November 17, 2020 12:00 EST

Modern & Contemporary Art

 
  Lot 19
 

19

Fritz König (German, 1924-2017)
Schaukel

1961, signed on base, from the edition of three. Bronze with brown patina.
height: 25 in. (63.5cm)
width: 23 3/4 in. (60.3cm)
depth: 5 in. (12.7cm)

Provenance: The Artist.
Staempfli Gallery, New York, New York.
Property from a Private Corporate Art Collection, Philadelphia, Pennsylvania (acquired directly from the above in 1976).

LITERATURE:
Dietrich Clarenbach, Fritz Koenig: Skulpturen Werkverzeichnis, Munich: Hirmer Verlag, 2003, no. 260 (illustrated).

NOTE:
We gratefully acknowledge Dr. Dietrich Clarenbach for his assistance in cataloguing this lot.

Sculptor Fritz König is best known as a creator of memorials - both intentional and unintentional. His monuments to athletes killed in the 1972 Munich Olympics attack and to victims of the Mauthausen concentration camp in Austria create powerful, site specific experiences for remembrance and reflection. König was commissioned by the architect of the World Trade Center in New York City to create a sculpture for the buildings’ plaza. The Große Kugelkaryatide, New York, described by the artist as “a head and a Cyclops” and “in some ways a self-portrait,” [1] remained the only work of art not completely destroyed by the terrorist attack of September 11, 2001, and has since been reinstalled in its damaged state as a memorial to the victims. Based on his own experiences of loss and grief, König’s work speaks to the fragility of human life.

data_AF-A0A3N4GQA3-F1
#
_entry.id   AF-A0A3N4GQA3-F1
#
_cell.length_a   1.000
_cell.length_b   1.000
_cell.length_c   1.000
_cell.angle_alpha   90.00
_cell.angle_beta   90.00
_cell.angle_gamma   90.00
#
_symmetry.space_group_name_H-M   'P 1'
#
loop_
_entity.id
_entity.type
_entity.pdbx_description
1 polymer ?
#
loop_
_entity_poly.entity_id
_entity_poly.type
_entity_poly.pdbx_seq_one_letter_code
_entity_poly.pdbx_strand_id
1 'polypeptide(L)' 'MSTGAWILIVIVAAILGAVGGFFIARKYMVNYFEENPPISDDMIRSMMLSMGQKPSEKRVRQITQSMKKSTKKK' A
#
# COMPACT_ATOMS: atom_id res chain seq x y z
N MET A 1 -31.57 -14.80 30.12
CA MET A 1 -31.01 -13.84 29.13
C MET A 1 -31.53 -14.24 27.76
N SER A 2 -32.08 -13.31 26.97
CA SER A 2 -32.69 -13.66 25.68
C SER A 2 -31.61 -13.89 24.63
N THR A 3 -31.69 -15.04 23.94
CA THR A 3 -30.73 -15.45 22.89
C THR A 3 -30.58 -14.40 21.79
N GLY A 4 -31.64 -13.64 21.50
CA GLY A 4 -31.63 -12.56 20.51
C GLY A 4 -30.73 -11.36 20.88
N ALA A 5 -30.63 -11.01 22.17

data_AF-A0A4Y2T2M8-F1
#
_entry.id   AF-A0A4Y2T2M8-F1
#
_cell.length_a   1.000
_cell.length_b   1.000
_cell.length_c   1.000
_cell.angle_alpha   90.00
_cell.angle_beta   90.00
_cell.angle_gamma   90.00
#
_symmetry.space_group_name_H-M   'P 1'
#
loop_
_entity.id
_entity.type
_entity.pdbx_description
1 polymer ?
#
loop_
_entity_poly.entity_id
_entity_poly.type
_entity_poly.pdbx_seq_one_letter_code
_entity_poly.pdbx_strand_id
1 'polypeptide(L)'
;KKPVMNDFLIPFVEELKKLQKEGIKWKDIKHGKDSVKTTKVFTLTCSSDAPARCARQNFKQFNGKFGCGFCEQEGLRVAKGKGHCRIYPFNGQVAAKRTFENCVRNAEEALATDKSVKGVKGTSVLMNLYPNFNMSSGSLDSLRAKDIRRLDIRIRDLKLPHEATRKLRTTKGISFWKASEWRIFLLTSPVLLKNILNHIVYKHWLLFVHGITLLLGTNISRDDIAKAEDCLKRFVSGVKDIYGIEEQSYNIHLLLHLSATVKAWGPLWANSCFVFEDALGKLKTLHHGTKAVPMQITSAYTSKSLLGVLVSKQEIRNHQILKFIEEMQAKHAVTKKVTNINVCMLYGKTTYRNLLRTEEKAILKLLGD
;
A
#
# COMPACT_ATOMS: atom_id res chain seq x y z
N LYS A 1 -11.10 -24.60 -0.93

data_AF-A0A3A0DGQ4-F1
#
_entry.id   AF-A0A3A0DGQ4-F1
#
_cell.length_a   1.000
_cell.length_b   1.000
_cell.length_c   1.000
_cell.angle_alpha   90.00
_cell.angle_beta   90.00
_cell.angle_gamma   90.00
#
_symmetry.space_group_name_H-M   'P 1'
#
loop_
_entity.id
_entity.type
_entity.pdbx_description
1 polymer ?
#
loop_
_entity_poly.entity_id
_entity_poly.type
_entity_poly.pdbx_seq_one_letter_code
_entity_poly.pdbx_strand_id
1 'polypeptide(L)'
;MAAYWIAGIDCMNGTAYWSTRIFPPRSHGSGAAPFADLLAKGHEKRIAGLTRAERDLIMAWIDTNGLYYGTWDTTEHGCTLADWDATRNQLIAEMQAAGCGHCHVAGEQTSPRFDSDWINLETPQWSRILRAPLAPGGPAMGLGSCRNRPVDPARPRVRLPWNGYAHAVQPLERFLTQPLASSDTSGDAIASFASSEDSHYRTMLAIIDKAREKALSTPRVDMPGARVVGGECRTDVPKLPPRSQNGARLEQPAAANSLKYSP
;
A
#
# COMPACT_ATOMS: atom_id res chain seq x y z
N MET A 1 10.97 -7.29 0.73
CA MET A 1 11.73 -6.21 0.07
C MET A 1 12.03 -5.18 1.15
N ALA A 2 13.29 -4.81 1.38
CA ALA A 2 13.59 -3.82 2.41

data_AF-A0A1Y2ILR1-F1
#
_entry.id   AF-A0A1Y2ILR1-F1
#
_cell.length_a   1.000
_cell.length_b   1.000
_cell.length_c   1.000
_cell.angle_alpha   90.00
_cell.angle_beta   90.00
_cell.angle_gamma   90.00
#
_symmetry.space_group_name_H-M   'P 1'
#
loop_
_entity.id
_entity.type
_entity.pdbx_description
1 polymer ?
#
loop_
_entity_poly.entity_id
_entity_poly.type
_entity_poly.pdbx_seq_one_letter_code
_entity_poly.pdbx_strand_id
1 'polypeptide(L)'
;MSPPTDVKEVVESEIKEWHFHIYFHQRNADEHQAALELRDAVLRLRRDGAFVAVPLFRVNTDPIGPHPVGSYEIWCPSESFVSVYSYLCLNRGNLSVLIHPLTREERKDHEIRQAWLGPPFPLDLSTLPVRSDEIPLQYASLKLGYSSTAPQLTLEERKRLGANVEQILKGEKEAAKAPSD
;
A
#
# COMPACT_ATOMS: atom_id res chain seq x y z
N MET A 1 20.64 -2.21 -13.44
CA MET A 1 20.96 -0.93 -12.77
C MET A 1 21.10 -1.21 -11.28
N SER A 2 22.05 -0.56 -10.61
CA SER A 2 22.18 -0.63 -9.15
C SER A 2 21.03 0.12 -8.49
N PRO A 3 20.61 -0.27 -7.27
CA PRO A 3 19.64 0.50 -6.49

After serving as a soldier in World War II, König attended the Academy of Fine Art in Munich, studying with German sculptor Anton Hiller. He made his first trip to Paris during this time, where he fell in love with and began collecting African sculpture and masks. His early work included figures alone and in groups that were stylized but remained representational, and he gained early recognition at the German Pavilion of the Venice Biennale in 1958 and 1959. In the 1960s, he moved to a more abstract and symbolic style, dissolving the figure and yet heavily relying on it for expressing meaning. He served as chair for sculptural design at the Technical University of Munich, while his prominence in Germany and throughout the world continued. His work now resides in collections such as The Museum of Modern Art, New York and the Peggy Guggenheim Collection, Venice. In 1993, König and his wife donated their property in Landschut, Germany to start a museum in the artist’s honor, housing his sculpture and personal art collection.